Growing up, our mothers and teachers taught us that it’s not nice to call other people names. And we’ve all probably recited the quote “sticks and stones may break my bones, but names will never hurt me.”
But the fact remains that despite the sage advice from our mothers, we continue to label people, particularly those that we view as different from ourselves – also known as “others”. The question is… well, why? And is there any benefit to the practice of labeling? After all, aren’t we all human beings?
In a way, it’s a silly question. I mean, asking why people need labels for other people is much like asking why we need names for objects. For example, imagine how much time it would take to describe the sun if we didn’t have a word for it. “That bright shiny thing in the sky that provides us warmth and light” is a lot longer than saying “oh that’s the sun”. It also allows for easier and more universal communication – everyone who speaks the English language knows that the sun is the sun.
Sociologists and social psychologists tell us that human beings devised labeling as just one tactic to help us process the complex world that we live in. Labeling allows us to break down the constant barrage of data thrown at us by a complicated world into discrete categories and clusters. Labels are a short way of describing these complex concepts or identities. It’s a lot easier to process a lot of information when it’s broken down into chunks, and putting a label on those chunks makes it easier to understand the next time one encounters the same type of data. For example, think of learning the colors when you were growing up. Someone showed you the color “blue” and you learned what that label meant. The next time you encountered an object that was a similar color, you knew that it was blue rather than having to relearn what it all meant. Similarly with objects like plants and animals – these labels help us put things into categories to better understand our world.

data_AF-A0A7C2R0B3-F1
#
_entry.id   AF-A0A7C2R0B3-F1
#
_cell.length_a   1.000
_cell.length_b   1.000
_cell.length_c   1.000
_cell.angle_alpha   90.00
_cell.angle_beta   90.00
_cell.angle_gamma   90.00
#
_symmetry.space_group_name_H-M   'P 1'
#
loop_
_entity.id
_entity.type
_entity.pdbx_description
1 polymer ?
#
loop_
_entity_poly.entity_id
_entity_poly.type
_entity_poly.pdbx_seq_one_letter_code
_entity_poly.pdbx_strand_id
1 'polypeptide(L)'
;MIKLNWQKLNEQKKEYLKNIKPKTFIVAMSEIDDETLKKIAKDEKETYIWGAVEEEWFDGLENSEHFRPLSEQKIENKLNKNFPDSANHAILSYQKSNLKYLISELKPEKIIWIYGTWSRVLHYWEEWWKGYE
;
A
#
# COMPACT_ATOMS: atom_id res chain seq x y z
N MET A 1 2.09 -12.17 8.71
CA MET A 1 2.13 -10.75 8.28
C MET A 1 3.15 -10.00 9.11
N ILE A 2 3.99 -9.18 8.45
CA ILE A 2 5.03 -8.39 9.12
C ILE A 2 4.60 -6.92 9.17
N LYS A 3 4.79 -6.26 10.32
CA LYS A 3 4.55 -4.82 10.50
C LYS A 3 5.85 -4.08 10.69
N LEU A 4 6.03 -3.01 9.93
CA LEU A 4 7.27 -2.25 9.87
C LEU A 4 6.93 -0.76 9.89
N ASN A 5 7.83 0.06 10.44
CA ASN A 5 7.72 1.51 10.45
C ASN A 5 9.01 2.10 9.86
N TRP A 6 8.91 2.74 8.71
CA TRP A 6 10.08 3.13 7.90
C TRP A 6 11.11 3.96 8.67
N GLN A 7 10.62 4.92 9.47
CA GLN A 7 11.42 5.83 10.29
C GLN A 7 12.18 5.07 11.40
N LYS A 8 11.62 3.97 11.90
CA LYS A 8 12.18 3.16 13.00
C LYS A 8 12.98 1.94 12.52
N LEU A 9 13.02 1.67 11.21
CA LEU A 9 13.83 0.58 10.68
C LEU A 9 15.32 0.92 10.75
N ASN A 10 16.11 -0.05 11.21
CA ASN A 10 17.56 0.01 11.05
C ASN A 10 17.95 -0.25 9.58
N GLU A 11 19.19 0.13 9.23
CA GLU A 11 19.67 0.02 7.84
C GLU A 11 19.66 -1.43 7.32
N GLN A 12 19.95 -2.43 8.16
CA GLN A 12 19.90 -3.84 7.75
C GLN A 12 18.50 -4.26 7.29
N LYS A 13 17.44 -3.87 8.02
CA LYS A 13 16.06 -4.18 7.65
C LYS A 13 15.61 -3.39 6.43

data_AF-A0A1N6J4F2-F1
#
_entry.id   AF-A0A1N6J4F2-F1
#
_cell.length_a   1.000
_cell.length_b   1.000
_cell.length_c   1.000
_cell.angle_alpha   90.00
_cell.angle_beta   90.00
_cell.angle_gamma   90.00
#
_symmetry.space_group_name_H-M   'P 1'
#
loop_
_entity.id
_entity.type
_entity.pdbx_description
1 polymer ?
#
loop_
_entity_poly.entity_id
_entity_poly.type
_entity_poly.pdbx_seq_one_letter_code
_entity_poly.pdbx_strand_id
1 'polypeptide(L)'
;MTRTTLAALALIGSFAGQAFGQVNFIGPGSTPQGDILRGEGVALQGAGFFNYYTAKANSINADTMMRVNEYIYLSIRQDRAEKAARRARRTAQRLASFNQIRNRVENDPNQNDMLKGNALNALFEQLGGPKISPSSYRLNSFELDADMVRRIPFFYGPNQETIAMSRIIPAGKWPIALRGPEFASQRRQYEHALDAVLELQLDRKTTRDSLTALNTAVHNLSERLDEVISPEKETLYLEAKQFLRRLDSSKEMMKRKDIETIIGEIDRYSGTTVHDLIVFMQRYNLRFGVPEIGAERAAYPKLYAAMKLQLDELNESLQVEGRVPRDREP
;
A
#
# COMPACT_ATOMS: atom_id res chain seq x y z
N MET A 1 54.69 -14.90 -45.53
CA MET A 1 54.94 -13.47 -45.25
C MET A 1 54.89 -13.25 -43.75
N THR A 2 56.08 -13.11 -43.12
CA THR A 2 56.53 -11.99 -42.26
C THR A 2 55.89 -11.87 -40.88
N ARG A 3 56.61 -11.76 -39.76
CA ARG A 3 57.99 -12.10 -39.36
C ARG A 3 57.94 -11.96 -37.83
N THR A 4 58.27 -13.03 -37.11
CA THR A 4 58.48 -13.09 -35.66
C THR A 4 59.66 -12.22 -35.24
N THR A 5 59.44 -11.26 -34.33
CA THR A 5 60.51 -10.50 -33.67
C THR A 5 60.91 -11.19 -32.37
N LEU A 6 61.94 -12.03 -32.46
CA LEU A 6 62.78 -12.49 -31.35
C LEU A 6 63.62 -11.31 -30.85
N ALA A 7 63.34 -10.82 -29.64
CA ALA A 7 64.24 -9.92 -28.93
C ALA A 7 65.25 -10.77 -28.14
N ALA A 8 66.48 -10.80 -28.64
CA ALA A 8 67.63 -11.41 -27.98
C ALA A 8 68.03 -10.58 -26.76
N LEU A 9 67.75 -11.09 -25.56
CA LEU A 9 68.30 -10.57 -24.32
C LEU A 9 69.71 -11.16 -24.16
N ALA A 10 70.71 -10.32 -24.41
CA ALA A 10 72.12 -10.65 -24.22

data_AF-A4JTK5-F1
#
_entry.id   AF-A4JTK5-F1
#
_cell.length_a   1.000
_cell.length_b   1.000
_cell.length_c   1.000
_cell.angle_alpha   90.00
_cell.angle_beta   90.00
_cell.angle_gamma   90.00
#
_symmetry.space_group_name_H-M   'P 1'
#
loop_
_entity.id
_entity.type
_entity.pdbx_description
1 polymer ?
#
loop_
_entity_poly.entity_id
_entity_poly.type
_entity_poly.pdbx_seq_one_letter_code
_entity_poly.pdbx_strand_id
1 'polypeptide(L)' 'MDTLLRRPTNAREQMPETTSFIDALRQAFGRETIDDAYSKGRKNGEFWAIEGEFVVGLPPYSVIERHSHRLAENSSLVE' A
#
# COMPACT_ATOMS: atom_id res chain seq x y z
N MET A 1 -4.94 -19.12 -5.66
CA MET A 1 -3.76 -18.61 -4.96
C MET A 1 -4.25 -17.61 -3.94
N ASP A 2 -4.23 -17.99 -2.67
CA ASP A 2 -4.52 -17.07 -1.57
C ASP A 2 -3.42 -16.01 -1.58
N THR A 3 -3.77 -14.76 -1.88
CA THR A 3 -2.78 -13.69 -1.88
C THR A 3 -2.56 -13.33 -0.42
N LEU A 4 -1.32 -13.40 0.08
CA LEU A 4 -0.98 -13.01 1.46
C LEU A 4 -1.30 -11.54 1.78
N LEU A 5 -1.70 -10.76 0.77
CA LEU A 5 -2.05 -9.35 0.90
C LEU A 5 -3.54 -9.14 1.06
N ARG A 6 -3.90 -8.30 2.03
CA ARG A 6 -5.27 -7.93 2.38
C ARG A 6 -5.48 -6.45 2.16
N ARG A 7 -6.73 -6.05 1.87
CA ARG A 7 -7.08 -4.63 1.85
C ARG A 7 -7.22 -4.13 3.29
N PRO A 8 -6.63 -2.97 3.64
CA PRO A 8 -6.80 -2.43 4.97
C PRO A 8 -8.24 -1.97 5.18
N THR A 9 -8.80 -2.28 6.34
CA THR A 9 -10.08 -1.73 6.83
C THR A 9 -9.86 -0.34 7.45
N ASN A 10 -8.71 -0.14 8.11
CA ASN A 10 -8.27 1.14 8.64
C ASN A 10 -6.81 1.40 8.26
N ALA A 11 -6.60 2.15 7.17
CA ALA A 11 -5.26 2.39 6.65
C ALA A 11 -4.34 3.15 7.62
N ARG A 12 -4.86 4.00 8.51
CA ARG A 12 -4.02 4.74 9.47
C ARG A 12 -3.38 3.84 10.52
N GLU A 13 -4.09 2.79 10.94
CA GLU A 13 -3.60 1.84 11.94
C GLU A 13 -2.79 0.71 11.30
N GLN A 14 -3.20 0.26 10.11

One could argue that we put labels on people in order to fit them into categories as well. Not necessarily for a malicious reason but in order to better understand the complexity of humanity. We label because it makes it easier for us to recognize similarity the next time we encounter similar people. But labeling people serves another function as well – it allows us to identify and find like-minded others. Someone who identifies as Catholic or Jewish can seek out others who are of a like-minded faith community because they use the same term. When we call an establishment a “gay bar” – those of us who identify as homosexual generally know that we’re going to find other homosexual men and women at the bar.
If there are any upsides to labels – they pretty much end there. And the upsides are also the main reason behind their downsides. Putting people into categories robs them of their individual humanity. Assuming that all people who fit into one category are identical robs them of their individuality, and we all know that, for example, not all Catholics are the same, just like there are a multitude of shades of “blue”. The obvious downside is when we attach unintended and negative meanings to those labels.